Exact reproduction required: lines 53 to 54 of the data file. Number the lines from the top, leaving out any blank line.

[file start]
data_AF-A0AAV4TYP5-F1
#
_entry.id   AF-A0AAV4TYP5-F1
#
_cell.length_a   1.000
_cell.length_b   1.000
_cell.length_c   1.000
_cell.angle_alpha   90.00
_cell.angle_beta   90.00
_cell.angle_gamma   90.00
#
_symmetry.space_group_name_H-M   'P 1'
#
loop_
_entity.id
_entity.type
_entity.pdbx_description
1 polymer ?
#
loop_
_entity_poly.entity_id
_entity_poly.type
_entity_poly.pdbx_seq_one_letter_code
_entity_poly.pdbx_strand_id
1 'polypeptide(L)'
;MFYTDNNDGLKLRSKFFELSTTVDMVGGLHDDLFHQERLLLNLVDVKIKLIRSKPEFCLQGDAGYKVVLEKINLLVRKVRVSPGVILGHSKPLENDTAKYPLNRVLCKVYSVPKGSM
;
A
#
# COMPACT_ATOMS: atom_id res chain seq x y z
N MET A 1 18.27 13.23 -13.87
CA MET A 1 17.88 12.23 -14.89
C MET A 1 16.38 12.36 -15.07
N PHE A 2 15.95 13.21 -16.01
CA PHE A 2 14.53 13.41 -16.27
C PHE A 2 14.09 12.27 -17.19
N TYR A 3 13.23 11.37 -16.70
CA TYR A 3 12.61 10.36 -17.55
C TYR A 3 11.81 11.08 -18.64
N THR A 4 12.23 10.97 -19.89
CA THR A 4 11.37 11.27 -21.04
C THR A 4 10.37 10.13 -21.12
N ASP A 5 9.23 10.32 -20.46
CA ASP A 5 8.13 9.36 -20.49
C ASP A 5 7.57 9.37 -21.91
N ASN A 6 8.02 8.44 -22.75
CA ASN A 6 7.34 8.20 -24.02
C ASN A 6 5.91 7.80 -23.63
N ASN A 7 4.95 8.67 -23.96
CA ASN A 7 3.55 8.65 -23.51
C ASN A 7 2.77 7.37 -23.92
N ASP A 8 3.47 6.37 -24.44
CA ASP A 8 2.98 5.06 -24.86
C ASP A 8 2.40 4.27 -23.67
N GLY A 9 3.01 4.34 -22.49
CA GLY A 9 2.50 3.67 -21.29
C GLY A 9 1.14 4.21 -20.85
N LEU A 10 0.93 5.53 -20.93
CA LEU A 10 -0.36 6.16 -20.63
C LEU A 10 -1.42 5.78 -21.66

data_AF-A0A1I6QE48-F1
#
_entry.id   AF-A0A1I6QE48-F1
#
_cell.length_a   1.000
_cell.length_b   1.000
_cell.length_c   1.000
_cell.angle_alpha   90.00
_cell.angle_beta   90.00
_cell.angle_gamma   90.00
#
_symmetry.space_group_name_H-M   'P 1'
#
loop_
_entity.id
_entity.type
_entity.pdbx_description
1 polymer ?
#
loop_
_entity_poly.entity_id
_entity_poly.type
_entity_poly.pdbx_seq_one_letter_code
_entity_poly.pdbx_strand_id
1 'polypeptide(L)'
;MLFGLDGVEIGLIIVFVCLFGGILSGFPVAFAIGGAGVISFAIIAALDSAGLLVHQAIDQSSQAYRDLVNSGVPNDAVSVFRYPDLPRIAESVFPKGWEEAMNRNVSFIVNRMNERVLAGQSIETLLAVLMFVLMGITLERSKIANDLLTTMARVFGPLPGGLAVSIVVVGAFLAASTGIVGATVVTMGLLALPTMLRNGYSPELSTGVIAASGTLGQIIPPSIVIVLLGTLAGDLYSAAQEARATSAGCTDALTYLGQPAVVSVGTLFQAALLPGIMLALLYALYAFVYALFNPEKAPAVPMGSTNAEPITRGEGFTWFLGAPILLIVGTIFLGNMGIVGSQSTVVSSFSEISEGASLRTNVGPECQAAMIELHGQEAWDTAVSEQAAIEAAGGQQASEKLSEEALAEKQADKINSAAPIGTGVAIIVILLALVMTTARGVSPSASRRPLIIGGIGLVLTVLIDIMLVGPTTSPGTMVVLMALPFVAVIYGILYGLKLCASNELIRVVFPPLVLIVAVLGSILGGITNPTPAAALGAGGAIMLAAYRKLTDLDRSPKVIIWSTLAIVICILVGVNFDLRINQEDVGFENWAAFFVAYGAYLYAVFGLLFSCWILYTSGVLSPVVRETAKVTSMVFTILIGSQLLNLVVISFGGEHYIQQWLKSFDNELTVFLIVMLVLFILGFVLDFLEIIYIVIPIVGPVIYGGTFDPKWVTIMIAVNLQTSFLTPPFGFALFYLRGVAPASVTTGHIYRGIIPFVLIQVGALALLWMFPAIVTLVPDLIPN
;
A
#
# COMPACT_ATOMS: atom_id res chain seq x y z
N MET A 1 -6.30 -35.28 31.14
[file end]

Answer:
CA ASP A 8 2.98 5.06 -24.86
C ASP A 8 2.40 4.27 -23.67